2017 Ford GT Test drive


2017 Ford GT

The Ford GT is the most clutch car ever made, even though it has an automatic transmission.

It was built for one reason: to win the top production class at the last year’s 24 Hours of Le Mans and mark the 50th anniversary of the company’s legendary victory over Ferrari with another.

We’re talking about the most grueling and competitive sports car race in the world, and Ford hadn’t even been to the track since 1969. Ferrari, Porsche and arch-rival Chevrolet, meanwhile, practically live there. No pressure.

Ford thought about going for it with a Mustang, but realized that it was practically a pickup compared to the sleek 488s, 911s and Corvettes it would have had to compete with. So it decided to gamble untold millions to design an all-new mid-engine supercar for the task at hand. There would be no second chance.

It didn’t need one.

The GT took first, third and fourth places, with a Ferrari sandwiched between them for good measure. You can still hear the sighs of relief coming from Dearborn — and the meatballs hitting the wall in Maranello.

Ford will sell it only to people that it’s confident will actually use it, and hopefully share their glorious experiences with millions of social media followers. If you have that many, and an equal amount of liquid assets, the order books for the last batch will open next year.

If you think this all sounds a little hifalutin for a Ford, you’re not alone. When I heard the price, I was disappointed — not because I’m a label snob, but because I felt anyone could build a fast car for that kind of cash. The last time Ford made a supercar, the 2005 GT, it was world class and a relative bargain at $139,995.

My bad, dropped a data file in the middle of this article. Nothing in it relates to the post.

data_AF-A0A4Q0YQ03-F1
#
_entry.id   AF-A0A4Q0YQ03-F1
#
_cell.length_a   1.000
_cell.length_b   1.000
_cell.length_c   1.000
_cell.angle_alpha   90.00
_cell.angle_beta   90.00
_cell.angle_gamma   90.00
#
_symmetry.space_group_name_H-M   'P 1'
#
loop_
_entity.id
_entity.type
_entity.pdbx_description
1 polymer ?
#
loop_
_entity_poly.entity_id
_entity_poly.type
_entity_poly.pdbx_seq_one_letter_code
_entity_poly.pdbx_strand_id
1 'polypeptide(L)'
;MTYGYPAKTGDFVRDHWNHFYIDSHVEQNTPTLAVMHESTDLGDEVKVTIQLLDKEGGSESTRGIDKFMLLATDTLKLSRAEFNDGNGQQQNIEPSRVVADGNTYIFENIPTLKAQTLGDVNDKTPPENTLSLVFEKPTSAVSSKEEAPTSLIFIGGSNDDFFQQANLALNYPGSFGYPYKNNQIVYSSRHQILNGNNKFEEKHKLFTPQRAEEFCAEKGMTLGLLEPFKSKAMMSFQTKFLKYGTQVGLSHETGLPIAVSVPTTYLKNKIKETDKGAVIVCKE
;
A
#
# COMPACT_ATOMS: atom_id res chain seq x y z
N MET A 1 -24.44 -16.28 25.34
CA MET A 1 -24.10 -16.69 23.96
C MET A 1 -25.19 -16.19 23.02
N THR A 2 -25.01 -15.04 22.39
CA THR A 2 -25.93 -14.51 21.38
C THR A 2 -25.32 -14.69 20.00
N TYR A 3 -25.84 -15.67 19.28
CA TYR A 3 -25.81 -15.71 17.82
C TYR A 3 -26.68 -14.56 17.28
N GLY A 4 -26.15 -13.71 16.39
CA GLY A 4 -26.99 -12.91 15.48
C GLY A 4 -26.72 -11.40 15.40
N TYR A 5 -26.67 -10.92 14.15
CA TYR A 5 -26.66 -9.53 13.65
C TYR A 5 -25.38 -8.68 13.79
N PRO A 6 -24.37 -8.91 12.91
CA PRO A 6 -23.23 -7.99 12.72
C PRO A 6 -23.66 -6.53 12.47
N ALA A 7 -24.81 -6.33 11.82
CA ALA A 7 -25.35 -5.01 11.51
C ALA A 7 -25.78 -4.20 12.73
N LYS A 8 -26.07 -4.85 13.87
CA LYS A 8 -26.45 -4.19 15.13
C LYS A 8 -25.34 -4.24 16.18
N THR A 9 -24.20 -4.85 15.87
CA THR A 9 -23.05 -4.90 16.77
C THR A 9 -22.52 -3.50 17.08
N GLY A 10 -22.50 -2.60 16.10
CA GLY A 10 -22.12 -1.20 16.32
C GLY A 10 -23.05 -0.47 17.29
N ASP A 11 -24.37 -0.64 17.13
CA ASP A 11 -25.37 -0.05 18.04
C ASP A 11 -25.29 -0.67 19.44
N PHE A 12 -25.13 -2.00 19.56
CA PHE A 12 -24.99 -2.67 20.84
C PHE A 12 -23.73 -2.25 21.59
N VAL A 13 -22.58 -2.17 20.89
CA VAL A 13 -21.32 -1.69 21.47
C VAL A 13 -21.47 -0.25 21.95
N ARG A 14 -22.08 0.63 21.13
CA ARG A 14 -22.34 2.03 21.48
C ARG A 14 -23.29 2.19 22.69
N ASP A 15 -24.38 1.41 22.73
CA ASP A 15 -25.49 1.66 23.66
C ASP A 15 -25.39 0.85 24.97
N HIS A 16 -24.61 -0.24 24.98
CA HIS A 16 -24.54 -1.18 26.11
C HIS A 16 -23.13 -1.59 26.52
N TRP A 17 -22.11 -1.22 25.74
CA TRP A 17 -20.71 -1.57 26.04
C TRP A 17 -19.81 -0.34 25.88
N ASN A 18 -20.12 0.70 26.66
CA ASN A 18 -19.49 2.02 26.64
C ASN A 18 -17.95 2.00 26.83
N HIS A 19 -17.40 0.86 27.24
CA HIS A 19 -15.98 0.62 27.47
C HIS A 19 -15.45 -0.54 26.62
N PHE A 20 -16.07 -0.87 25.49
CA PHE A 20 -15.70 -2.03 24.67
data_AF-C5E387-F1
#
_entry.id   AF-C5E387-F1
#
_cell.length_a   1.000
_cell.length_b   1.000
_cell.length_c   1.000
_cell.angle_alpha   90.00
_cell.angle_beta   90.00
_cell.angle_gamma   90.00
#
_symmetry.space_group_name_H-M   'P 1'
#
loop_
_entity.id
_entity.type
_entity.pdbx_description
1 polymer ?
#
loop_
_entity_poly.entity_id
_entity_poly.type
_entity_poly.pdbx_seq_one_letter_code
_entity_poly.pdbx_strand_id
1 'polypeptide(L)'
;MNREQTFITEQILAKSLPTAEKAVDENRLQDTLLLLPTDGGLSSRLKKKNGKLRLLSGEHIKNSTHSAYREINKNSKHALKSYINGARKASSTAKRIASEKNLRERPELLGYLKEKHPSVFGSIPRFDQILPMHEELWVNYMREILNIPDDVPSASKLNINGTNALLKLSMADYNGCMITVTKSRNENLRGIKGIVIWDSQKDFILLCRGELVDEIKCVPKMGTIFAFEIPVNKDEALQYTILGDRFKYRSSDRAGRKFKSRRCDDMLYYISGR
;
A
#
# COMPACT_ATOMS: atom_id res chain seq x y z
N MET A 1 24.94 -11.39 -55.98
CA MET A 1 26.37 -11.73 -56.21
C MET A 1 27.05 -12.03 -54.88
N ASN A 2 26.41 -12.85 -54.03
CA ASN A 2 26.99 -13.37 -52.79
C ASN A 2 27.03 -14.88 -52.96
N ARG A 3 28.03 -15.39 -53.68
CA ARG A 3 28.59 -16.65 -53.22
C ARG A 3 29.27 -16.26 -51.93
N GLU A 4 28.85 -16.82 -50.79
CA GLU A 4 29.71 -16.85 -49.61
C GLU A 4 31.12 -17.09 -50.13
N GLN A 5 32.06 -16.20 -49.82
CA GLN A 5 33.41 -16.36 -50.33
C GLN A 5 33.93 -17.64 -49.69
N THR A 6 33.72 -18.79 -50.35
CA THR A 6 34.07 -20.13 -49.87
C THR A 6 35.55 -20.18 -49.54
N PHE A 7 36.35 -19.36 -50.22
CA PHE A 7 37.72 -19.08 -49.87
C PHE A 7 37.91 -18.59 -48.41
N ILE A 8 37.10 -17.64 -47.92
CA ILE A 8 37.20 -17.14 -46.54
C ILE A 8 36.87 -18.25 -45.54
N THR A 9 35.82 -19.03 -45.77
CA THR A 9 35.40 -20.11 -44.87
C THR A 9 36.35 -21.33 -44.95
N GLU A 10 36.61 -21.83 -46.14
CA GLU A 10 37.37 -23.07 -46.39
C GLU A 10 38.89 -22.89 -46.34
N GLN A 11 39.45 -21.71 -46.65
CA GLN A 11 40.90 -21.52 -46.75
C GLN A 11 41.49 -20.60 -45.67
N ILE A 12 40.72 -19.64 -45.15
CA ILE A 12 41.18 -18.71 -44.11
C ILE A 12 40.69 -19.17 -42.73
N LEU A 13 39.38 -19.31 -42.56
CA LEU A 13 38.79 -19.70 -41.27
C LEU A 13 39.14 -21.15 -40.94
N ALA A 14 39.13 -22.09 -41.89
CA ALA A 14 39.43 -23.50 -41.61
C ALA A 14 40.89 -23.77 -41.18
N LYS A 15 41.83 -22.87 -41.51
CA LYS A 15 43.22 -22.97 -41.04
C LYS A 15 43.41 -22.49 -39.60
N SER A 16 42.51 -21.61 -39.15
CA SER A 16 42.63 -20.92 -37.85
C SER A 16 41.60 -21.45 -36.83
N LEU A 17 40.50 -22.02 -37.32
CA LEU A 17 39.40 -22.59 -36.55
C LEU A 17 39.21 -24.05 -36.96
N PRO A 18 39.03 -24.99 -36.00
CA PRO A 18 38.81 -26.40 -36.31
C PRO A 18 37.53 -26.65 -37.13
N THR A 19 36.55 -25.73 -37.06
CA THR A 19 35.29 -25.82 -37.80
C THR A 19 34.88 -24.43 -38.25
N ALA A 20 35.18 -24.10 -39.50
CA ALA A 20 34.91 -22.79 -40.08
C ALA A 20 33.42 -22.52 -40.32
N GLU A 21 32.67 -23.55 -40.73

2006 FORD GT SETS STANDING MILE RECORD AT 293.6 MPH

But it’s hard to argue with success. Along with notching the all-important Le Mans win, plus another at this year’s 24 Hours of Daytona, Ford has built one of the best sports cars in the world.

It isn’t charging a lot of money for it just because it can. The GT is unlike anything the company has ever made. It was developed in secret by a small team in a forgotten basement studio that was being used for storage. There were nondisclosure agreements, code words and an old-fashioned padlock on the studio door for cover. Real skunkworks stuff.

Ford didn’t go it alone, though. It partnered with Canadian engineering firm and race car builder Multimatic, who is handling final assembly of the GT, which features a lightweight carbon fiber passenger cell with a built-in steel roll cage that needs only minor modifications for competition.

The suspension is race-bred, too, with pushrod-activated springs mounted to a keel in the center of the car up front (picture an F1 car covered in full carbon fiber bodywork) and similarly remote spool valve-type dampers, buried near the footwell, that Multimatic originally developed for Indy cars.

This layout clears spaces that allow air to flow past a wing-like surface under the nose that generates downforce in concert with a giant wing that pops up from the rear of the car. Every vent and surface shape on the very striking GT is designed to efficiently coax the atmosphere around its teardrop-shaped cabin, including the tendon-like buttresses that connect it to the pod-style fenders.

Between them is the rear-wheel-drive GT’s most controversial feature: an EcoBoost V6. It’s bad enough that the twin-turbocharged 3.5-liter is two to 10 cylinders short of what most people expect from a supercar, but it also shares more than half of its parts with the one in the Ford F-150.

Bier says the lessons Ford learned working with carbon fiber will eventually trickle down to its mainstream vehicles. He points to that last GT, Ford’s first aluminum-bodied car, and the effect that had on the current F-150, which lent its engine to the new GT.

The strange cycle of life continues.

As excellent as the GT is as an engineering exercise, race car and performance car, however, it’s not magnitudes better than its peers, and that price leaves one heck of an opportunity for someone to outdo it for less. (Say, $139,995?)

Even Ford has a lot of room in its lineup between the GT and the Mustang. It should think about filling it one of these days.

Previous You Can Buy Jerry Seinfeld's Very Green Speed Machine
Next 2017 Audi A4 Prestige Is Round 2 Of Our Long-Term Test